Printer Friendly

Condensing technology for home water heating.

In 2010, residential hot water heating consumed 11 % (2.45 quads) of the total primary energy used by residential buildings, and commercial hot water heating consumed 5.8% (1.09 quads) of total primary energy used by commercial buildings. Gas-fired water heaters are in more than 50% of residences and in an even higher percentage of commercial buildings, consuming 1.08 quads and 0.54 quads of primary energy, respectively. (1,2)

A variety of condensing gas water heaters have come onto the market in the past several years. They are considerably more efficient than conventional gas storage water heaters because they extract more heat from the gas combustion products and lose less heat to standby losses than conventional gas water heaters.

Water Heating Technology

Storage water heaters are essentially an insulated tank of water with a heat source. Cold water enters the tank at its base (often via a dip tube from an external cold water supply connection on the top of the tank) and hot water is drawn from an outlet at its top.

Traditional gas-fired storage water heaters have a gas burner below the tank firing toward the bottom of the tank (Figure 1). The combustion gases are exhausted through a flue that runs up the center of the tank. As the combustion gas passes through the center flue, additional sensible heat is transferred to the surrounding water.

At steady state, the typical thermal efficiency is 75%. That means 75% of the higher heating value of the gas consumed is transferred to the water, while the rest remains in the combustion gas and is lost up the flue to ambient. During standby, when the water in the tank is at the temperature setpoint of the water heater, the center flue is a convective heat loss path, as room air is drawn into the flue, is warmed and flows out and up the flue by natural convection. Additional heat is lost through the finite insulation covering the tank.

Overall, only approximately 60% of the higher heating value of the gas consumed is contained as heat in the hot water delivered to the residence.

Through tank or heat exchange surface modifications, condensing water heaters extract more sensible heat from the combustion gas, lowering the temperature enough to cause moisture to condense out of the combustion gases, thus capturing a significant portion of the latent heat energy. Condensing water heaters extract energy from the combustion gases as both sensible and latent heat. By taking advantage of latent heat, the most energy possible is extracted from the fuel, with steady-state thermal efficiencies higher than 90%.

One manufacturer uses an internal helical combustion gas exhaust coil to maximize the surface area of interaction between gas and water (Figure 2). When the combustion gas in the coil passes water at or below 120[degrees]F (49[degrees]C), water vapor in the combustion gas condenses out, releasing latent heat. Another manufacturer achieves flue gas condensation with a firetube configuration.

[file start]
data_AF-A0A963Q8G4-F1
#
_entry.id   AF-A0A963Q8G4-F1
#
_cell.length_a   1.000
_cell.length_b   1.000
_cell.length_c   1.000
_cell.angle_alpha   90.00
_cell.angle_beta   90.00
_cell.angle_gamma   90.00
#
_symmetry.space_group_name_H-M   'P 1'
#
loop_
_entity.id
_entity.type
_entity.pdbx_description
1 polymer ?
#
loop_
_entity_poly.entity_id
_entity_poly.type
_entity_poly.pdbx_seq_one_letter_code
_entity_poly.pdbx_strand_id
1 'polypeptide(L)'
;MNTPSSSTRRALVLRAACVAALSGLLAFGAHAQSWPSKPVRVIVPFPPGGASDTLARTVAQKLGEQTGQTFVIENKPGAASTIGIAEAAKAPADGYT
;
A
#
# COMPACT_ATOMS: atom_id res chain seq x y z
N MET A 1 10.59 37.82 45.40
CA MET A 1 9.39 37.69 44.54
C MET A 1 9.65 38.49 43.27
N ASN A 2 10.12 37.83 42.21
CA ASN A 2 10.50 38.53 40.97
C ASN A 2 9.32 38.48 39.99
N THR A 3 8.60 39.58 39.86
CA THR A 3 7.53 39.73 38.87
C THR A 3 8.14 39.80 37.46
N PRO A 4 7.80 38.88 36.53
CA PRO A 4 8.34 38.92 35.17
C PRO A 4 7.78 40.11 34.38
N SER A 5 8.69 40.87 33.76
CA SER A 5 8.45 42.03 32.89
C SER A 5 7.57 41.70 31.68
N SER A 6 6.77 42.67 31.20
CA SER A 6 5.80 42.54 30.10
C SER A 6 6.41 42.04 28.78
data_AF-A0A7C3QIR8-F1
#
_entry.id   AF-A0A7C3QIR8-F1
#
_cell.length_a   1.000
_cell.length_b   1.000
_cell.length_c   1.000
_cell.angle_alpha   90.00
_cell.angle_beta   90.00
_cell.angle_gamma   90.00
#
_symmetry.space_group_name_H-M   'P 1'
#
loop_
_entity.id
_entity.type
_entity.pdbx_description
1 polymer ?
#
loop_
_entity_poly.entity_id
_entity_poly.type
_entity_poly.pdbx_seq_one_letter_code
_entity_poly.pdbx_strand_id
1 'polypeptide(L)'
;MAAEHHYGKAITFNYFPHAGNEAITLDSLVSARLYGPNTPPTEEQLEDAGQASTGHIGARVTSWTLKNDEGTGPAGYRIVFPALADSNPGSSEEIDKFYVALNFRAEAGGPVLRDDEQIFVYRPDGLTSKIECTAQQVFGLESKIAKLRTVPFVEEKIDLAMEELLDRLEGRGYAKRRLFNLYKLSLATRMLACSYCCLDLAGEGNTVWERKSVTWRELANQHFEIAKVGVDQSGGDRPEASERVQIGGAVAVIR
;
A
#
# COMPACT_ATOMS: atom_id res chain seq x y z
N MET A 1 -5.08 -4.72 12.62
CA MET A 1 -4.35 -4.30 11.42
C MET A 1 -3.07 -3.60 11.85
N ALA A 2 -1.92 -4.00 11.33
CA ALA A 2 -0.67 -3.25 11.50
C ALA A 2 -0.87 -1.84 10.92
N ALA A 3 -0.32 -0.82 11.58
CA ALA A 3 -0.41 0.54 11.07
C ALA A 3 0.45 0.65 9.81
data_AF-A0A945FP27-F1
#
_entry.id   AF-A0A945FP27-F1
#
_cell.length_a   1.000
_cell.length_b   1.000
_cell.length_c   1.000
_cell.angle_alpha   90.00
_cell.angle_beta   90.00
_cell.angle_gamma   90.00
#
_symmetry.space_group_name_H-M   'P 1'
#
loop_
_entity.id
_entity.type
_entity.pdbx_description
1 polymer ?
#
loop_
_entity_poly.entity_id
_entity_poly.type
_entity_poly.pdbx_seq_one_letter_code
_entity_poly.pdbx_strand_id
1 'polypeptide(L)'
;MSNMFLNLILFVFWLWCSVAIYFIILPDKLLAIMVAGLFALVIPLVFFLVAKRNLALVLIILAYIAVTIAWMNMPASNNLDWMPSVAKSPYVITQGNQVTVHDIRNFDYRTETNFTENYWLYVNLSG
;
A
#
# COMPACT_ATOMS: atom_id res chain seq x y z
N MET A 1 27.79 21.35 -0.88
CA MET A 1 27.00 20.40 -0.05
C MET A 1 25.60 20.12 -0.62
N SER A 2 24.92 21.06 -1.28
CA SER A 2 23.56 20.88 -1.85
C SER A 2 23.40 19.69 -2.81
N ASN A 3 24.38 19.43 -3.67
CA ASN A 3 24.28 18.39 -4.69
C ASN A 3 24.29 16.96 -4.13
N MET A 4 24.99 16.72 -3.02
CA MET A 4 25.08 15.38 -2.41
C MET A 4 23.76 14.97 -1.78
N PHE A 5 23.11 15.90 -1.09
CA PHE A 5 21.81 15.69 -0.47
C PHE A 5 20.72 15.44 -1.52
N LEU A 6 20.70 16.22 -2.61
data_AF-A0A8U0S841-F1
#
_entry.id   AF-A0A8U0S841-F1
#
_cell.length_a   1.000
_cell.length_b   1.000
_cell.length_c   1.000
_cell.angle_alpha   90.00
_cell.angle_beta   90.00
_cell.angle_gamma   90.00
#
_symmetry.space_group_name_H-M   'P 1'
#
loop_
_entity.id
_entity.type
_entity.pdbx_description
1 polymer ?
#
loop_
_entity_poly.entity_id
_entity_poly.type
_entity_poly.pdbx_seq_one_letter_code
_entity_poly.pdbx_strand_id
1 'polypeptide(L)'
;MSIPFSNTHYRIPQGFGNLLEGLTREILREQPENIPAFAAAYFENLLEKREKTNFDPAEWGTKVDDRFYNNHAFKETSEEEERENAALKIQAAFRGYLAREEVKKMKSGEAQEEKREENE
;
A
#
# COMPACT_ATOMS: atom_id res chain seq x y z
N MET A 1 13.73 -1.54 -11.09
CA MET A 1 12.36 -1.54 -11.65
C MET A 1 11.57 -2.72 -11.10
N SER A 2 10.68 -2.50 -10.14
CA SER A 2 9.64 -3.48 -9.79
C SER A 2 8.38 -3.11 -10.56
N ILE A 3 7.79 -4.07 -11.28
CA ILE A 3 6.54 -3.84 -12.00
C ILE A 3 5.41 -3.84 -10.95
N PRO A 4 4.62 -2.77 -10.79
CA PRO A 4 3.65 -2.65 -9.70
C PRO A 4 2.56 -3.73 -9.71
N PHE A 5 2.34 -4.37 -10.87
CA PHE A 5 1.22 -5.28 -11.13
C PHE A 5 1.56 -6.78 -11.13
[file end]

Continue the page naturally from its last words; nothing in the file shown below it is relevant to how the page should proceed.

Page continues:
Unlike conventional models, a down-fired burner and induced draft fan are used to pull the combustion gases through the tubes that are located throughout the water storage tank. As the combustion products flow through the submerged tubes they condense (Figure 3).

A third manufacturer produces a commercial sized unit that uses counterflow heat exchangers to extract energy from combustion gases. The combustion chamber is at the center of the heat exchanger, and the working fluid, water, circles it (Figure 4). The inlet water and exit combustion gas lines abut, thus creating condensation and preheating the inlet water.

Due to the increased removal of energy from the flue gases, the exhaust gases are at a lower temperature than found in traditional units. Venting can occur with PVC piping or similar plastic piping, minimizing construction costs.



One of the most frequent causes of water heater failure is corrosion. Traditional water heaters solve this problem with glass-lined steel tanks and sacrificial anode rods, which protect the underlying steel from corrosion if there are flaws in the glass lining.

With the introduction of collected condensate, the issue of corrosion increases, as combustion gases contain sulfurous or C[O.sub.2] by-products which readily form acidic compounds when condensed along with the moisture from the combustion gas. Commercial and residential condensing water heaters on the market solve this problem through tank material selection and design refinement.

One manufacturer takes the traditional approach. The helical flue is glass lined inside and out, as is the tank (Figure 2). Additionally, two protective anode rods are added to the tank. Unlike the traditional method, the second manufacturer has constructed a tank that is stainless steel on the combustion side, and copper on the water side. For added protection, corrosion resistant coatings are used to prevent corrosion and scaling. The third manufacturer uses all stainless steel components, which are higher in cost, but reliably corrosion-resistant.

Energy Savings

The majority of the 79 million single-family homes and the 21 million multifamily homes in the U.S. use hot water heaters. There are a total of approximately 103 million residential hot water heaters--some residences have multiple units. Fifty-three percent of the units are gas-fired and 40% are electric. The remaining 7% use other fuel sources, e.g., LPG and fuel oil. (3)

Water heaters are the second-largest energy consumer in the home, with annual individual household energy bills for water heating ranging between $200 to $600. As noted previously, residential water heating consumes 2.45 quads of primary energy (1.48 quads for electric and 1.13 quads for natural gas and LPG) and commercial water heating consumes 1.09 quads of primary energy. On average, 8% of hot water heaters are replaced each year. Reasons for replacement are most commonly unit failure (often due to corrosion though the tank wall and resulting water leakage), unacceptable performance, or owner choice to upgrade. With this significant turnover rate and installation of condensing gas water heaters, savings introduced by more efficient hot water heaters would produce large energy savings in the building sector. (3)